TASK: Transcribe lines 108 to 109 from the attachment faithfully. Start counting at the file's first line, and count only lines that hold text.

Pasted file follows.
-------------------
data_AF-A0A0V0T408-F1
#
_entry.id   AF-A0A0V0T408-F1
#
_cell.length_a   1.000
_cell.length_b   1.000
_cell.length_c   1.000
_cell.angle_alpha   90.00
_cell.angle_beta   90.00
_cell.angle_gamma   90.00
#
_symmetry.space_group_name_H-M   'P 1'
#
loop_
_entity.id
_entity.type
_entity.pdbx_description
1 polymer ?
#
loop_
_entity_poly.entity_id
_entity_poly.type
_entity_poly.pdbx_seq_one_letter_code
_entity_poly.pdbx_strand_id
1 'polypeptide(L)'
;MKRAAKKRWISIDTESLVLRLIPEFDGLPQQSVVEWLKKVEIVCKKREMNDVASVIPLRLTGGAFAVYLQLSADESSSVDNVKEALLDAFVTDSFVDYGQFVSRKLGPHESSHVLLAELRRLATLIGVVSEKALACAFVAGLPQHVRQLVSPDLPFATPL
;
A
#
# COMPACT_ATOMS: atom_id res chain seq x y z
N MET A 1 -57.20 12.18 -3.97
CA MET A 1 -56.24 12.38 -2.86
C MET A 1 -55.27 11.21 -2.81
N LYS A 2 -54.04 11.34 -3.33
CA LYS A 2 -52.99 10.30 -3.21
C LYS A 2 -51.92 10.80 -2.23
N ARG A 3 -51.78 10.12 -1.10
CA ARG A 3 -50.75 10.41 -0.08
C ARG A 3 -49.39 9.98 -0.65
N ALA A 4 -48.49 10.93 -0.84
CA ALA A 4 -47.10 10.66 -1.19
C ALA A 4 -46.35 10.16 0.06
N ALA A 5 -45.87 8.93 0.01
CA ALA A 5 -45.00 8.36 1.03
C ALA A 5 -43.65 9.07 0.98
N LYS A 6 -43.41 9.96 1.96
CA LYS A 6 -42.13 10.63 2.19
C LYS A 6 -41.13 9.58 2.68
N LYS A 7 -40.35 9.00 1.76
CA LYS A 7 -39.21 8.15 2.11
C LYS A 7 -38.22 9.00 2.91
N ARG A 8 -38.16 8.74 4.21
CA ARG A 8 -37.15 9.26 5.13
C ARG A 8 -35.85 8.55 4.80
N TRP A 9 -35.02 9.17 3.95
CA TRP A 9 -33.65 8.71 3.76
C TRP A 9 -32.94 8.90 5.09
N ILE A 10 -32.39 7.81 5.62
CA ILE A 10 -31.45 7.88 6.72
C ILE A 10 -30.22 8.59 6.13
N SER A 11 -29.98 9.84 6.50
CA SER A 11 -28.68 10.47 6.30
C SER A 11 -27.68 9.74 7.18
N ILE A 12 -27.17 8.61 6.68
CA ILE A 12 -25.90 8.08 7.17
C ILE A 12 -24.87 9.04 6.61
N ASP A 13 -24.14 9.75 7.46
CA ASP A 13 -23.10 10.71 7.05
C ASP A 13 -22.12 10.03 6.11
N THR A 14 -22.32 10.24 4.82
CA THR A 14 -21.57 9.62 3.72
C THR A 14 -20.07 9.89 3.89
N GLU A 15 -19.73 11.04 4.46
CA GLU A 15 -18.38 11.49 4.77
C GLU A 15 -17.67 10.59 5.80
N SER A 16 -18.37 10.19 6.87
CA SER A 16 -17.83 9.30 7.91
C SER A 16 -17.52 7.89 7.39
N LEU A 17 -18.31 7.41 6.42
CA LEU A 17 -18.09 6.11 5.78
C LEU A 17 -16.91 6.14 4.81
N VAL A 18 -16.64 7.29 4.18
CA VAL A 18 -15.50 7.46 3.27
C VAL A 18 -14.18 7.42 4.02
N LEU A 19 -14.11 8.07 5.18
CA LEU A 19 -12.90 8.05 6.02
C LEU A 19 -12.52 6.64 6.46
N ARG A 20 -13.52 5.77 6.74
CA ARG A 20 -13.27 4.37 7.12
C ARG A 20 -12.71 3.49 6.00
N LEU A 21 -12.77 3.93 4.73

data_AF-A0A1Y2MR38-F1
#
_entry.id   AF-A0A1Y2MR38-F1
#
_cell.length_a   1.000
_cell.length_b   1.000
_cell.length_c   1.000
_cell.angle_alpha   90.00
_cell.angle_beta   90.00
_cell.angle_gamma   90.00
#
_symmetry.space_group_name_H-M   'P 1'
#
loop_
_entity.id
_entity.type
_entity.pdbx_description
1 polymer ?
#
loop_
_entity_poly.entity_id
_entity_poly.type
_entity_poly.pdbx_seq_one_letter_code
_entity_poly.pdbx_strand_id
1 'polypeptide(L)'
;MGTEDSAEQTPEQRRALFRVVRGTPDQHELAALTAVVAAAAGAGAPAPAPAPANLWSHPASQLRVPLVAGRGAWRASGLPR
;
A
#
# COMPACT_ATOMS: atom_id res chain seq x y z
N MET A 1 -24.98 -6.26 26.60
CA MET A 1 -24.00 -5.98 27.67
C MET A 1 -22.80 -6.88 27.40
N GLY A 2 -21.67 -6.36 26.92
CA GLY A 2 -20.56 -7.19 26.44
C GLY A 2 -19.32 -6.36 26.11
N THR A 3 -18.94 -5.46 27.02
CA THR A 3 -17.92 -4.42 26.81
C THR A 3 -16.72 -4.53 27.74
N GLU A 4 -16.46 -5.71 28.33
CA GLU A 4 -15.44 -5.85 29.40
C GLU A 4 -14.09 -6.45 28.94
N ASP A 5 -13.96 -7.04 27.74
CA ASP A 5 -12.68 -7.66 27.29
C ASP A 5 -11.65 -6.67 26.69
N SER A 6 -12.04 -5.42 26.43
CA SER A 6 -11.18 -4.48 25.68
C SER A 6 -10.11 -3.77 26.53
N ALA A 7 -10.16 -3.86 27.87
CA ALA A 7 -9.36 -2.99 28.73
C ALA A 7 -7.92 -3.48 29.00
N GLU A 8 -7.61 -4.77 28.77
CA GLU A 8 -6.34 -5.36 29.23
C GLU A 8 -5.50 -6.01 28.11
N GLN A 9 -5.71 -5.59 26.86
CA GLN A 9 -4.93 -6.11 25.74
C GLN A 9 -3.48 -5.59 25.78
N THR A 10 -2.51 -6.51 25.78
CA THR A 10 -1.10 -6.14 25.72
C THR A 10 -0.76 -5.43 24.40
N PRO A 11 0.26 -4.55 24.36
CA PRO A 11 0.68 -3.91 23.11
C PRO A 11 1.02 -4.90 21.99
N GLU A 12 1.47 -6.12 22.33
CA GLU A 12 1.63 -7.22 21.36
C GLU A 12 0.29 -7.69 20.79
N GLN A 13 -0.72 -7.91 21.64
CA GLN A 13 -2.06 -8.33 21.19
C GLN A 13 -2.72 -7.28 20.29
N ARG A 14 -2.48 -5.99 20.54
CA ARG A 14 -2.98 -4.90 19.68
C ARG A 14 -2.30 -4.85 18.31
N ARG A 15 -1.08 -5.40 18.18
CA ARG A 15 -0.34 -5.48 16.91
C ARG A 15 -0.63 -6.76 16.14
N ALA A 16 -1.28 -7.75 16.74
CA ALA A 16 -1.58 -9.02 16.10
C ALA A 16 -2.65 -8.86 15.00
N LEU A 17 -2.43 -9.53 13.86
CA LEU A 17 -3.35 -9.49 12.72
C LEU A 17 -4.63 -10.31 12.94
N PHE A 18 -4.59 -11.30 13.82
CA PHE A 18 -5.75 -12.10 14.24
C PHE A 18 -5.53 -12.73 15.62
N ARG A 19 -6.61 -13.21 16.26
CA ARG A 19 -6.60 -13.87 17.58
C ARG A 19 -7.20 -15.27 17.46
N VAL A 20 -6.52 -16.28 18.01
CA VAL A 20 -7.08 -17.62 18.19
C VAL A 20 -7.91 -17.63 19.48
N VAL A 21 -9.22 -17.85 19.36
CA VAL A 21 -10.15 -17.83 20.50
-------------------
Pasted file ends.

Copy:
_entity.pdbx_description
1 polymer ?